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5 More Tips for Better Drawings

August 27, 2009

As a continuation of 5 Tips for better Drawings, I bring you 5 more! These simple strategies will help you improve your drawing skills.

1. Mirror Check

You know when you get to that point in a drawing where you can see that something isn’t right, but you can’t tell what it is? When that happens, look at your drawing in the mirror. Something about seeing the reverse of your image makes mistakes pop right out. All of a sudden you can see that the one eye is higher, or at the wrong angle. But don’t wait for something to look wrong, do this throughout the entire drawing to keep things on track!

2. Paper Guard

Graphite has a nasty tendency to smudge, especially the softer, darker variety. No matter how hard you might try to work from top to bottom, left to right (or right to left for those lefties out there), chances are good that you’ll drag your hand through your drawing at least once. One way to reduce this risk is by using a clean sheet of paper to rest your hand on. This protects your work, but lets you draw comfortably.

3. Make an Investment

If you haven’t already, invest in some quality materials. You’ll be surprised what a difference this can make! Paper especially can go a long way. Regular computer paper can warp badly as you work it, so get a nice sketchbook or some quality paper. Experiment with different textures, but make sure you get a nice, heavy paper. Proper pencils are important as well; they blend better and give you nice dark shadows. Don’t forget the fixative if you want your work to be preserved and protected!

4. Measure Twice, Draw Once

Measuring is a good way to get the proportions of a drawing right. I don’t mean measuring with a ruler, although you could do this if your reference is the same size as your drawing… What I’m talking about is measuring one part of your image against another. Find things in your reference that are the same size, then make sure they end up that way in your drawing. Sometimes you can use one element to measure the size of larger things by seeing how many times it fits inside. For example, if you’re drawing apples in a bowl, you can measure how many apples fit across the bowl. This ensures that the bowl and apples will be proportionate to each other.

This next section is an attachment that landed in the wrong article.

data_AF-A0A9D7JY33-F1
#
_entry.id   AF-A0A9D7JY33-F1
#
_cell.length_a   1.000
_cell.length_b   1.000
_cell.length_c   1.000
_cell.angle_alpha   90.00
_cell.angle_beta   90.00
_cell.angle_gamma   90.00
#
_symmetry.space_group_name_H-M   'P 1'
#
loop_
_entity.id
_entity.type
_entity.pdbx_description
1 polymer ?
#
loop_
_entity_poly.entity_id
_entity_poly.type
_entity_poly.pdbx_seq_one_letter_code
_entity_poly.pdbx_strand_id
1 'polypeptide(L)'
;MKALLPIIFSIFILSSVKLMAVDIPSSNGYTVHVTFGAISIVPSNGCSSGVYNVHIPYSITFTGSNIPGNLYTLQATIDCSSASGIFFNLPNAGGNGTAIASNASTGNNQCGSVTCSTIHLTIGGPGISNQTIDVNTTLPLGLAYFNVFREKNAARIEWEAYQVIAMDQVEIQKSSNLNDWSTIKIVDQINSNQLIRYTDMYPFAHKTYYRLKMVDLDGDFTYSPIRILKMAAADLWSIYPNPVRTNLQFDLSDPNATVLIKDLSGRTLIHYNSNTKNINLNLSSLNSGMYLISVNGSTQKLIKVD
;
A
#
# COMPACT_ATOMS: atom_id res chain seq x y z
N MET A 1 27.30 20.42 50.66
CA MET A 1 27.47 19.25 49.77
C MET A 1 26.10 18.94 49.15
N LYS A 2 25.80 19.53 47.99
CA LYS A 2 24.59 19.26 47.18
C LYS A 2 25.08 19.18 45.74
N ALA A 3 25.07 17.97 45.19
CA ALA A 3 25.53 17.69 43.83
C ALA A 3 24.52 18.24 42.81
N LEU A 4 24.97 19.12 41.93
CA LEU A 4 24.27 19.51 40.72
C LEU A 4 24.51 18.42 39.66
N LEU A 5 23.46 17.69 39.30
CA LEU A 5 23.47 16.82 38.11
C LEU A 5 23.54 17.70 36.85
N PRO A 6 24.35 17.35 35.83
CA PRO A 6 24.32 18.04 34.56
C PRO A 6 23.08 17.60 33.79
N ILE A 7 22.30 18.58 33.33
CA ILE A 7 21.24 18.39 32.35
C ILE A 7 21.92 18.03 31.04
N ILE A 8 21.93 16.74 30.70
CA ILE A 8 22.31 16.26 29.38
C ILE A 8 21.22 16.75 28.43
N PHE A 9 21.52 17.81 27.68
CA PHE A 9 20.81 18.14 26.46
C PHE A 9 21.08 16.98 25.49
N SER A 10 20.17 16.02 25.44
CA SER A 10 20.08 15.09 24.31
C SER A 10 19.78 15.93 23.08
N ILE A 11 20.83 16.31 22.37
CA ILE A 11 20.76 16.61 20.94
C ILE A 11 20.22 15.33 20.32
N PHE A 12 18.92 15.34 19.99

5. Sketch a Thumbnail

No, not the kind that grows on the end of your finger! I’m talking about a thumbnail sketch; a smaller version of a drawing. By doing several thumbnail sketches,  you can try out different compositions without investing a lot of time and effort. It’s no fun drawing a beautiful picture, then realizing the composition is off. Take the time to do a few small sketches before diving into a full-blown drawing. Your finished product will be much better with a well thought-out composition.

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From → Drawing

3 Comments
  1. hey! glad you liked the doodle:) I have been taking my sketchbook and watercolors (have a little box of them and water-brushes) everywhere! Sometimes I don’t get a chance to use them, but whenever I can I sketch. I look forward to doing laundry (have to go to my dad’s or laundromat to do it) The only thing is, I take too much stuff with me, books, extra paper, magazines, lol….everyone calls my tote the suitcase.
    Well, speaking of laundry, I’d better go get some done.
    Have a great day
    and I’ve been enjoying your drawing tips!
    Trish

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